• WSB September 28, 2017 (3:04 pm)

      We discovered them in wide use on a recent trip. Particularly in Grand Junction, Colorado, where Patrick and I met 30+ years ago and where the population/traffic has grown dramatically in the ensuing years. – TR

  • CarLover September 28, 2017 (3:33 pm)

    Jort. You’re clearly anti-car. But I have to ask you this. You claim to live in the junction and have no car. How come you know so much about traffic in this area?

    • Jort September 28, 2017 (4:12 pm)

      I appreciate your efforts to study and follow my life history via internet comments. Thank you for your deep interest.

      I once lived in the Junction, and I most certainly did have a car. Believe it or not, I also drive, from time to time! The big difference between a “carlover” like yourself and me is that I don’t think the entirety of our transportation planning needs to center around the desires and whims of car drivers to the exclusion of safety, security and convenience of alternative transportation users. For the last 75 years, we have designed our streets, and much of our society, around facilitating the use of private automobiles for nearly all transportation needs. This is not scalable, not sustainable, and it will need to change for our city to accommodate continued growth and urbanism. No city in recorded human history has ever solved traffic congestion by making it easier for people to drive their cars. Seattle won’t be the first.

      I will gladly drive 15 mph up Highland Park Way if it means one fewer person from my community is killed, senselessly, in traffic violence caused by speeding. And my ultimate goal is that every citizen in Seattle will no longer have to rely exclusively on owning and using a personal car for their transportation needs, though, in the spirit of compromise, I am willing to recognize that this goal is still a few years away from being achieved.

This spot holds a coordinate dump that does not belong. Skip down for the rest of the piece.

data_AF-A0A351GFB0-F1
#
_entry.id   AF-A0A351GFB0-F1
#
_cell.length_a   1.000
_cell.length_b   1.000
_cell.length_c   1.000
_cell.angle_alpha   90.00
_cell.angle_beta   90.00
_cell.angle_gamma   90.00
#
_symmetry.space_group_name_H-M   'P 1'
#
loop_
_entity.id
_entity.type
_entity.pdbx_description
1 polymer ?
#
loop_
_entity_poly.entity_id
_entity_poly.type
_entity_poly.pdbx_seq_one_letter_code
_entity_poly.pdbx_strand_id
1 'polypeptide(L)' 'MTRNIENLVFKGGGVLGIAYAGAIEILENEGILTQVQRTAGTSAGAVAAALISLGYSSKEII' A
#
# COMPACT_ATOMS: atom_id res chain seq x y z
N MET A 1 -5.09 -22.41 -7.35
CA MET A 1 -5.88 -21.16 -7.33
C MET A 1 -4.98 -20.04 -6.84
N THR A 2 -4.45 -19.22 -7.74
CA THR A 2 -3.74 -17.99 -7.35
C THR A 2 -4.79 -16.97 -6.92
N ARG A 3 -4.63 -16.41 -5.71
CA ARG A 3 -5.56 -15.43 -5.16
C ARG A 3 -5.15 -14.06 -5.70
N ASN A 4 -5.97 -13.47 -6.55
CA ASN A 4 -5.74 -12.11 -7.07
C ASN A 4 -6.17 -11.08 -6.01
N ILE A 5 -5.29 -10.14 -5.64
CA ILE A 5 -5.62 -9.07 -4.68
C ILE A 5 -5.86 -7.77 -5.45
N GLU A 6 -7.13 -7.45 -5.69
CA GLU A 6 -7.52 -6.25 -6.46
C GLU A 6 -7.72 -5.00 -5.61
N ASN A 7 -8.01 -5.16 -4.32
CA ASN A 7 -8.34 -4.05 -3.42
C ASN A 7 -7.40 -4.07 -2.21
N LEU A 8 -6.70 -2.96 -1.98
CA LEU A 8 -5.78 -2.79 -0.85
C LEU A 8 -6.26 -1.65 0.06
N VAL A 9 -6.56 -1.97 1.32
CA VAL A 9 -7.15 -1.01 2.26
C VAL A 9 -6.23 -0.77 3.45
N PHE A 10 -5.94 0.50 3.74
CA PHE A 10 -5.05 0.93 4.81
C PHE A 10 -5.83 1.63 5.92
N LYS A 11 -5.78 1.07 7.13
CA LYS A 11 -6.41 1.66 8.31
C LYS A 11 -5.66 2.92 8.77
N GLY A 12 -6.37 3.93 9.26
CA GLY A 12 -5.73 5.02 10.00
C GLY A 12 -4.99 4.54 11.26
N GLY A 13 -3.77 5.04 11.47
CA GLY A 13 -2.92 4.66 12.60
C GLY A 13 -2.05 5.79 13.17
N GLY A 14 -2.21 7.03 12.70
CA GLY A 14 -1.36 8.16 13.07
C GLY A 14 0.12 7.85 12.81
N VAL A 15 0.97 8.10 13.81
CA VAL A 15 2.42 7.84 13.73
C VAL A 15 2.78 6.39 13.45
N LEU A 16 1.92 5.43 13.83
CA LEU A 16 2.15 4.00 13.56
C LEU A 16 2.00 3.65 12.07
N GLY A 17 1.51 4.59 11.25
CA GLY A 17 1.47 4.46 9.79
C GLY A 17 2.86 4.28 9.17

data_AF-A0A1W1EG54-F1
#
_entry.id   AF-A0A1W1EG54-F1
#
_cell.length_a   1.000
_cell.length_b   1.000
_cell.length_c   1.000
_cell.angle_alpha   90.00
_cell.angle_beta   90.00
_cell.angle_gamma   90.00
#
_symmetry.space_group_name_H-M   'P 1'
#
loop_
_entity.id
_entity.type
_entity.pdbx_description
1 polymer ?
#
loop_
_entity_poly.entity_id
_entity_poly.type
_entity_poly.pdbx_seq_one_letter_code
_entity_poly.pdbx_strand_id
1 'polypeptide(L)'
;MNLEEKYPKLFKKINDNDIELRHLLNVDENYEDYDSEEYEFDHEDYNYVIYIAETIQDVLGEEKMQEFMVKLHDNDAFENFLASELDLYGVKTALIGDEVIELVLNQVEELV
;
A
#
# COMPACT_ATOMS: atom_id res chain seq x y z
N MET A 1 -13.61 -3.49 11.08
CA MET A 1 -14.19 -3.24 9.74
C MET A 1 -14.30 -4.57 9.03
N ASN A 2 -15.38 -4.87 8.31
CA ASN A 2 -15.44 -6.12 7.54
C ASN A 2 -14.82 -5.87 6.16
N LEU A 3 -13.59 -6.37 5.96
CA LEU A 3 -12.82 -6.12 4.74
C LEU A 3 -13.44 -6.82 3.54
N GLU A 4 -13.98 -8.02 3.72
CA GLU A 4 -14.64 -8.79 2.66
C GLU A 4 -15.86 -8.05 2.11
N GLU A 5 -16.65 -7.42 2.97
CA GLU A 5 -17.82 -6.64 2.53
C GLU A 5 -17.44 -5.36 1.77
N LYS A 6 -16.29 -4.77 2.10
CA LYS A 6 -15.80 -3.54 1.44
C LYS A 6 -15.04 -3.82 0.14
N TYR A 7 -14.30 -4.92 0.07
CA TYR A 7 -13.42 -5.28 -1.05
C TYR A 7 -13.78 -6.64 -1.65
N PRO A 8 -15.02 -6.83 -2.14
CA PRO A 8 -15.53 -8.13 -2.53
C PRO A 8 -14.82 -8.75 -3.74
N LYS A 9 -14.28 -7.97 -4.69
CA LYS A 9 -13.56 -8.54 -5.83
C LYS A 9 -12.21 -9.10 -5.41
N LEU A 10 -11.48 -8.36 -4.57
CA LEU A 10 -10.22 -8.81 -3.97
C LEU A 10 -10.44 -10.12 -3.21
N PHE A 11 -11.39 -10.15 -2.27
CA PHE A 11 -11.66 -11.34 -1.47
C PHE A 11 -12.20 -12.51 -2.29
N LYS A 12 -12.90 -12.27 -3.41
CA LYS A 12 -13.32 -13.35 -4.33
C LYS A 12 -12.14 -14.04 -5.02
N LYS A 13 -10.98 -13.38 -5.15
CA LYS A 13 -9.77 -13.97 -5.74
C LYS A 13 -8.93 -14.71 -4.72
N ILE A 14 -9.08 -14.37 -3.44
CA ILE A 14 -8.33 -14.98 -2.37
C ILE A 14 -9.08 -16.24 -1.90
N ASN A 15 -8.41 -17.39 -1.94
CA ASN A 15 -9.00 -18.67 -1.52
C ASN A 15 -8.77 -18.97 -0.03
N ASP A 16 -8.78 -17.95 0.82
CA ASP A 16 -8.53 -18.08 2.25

Thank you again for reading, I always love meeting new fans.

      • sam-c October 2, 2017 (4:34 pm)

        Since you are responding to fans, I had a question too.  Are you also ‘Jort Sandwich’  ?

  • Mark September 28, 2017 (5:35 pm)

    There are two SB uphill lanes yet only one entry depicted.  There is a sizable SB to WB right turn movement that should be provided a separate approach, aka use both uphill lanes.  Departing the RoB NB down the hill the single lane can flare into two.

    Keeping 2 approaches SB is more critical, due to grade trucks and busses are geared down and cannot maintain speed.

  • Melissa September 28, 2017 (6:36 pm)

    WSB-  Thanks for the Coverage 

  • Sunny.206 September 28, 2017 (9:00 pm)

    Is there a daily car count listed somewhere this stretch of road? Wouldn’t  it be easier to paint some lines at the top of the hill to direct traffic better,? I know there haven’t been any painted improvements there ever. It probably won’t stop the speeding but would make it a lot safer.

  • 1994 September 28, 2017 (10:15 pm)

    How about a traffic light at the top of the hill at this intersection?

    Our mayoral candidate Cary Moon’s quote in the Seattle Times today, ” Frankly, our city spends too much on car convenience.” More gridlock on the way if she is elected?

    • Jort September 28, 2017 (11:32 pm)

      More gridlock is on the way no matter who gets elected, because no city in the recorded history of human civilization has solved the issue of traffic congestion, ever. Seattle won’t be the first. 

    • ScottRAB September 29, 2017 (1:16 pm)

       

      People using
      the road make mistakes, always have and always will.
      Crashes
      will always be with us, but they need not result in fatalities or serious injury.
            Modern roundabouts are the safest form of
      intersection in the world – the intersection type with the lowest risk of fatal
      or serious injury crashes – (much more so than comparable signals). 
      Modern roundabouts change the
      speed and geometry of one of the most dangerous parts of the system –
      intersections.  The reduction in speed and sideswipe geometry mean that,
      more often than not, when a crash does happen at a modern roundabout,
      you usually need a tow
      truck, not an ambulance.  Roundabouts are
      one of nine proven road safety features (FHWA). 

      The life
      saved may be your own.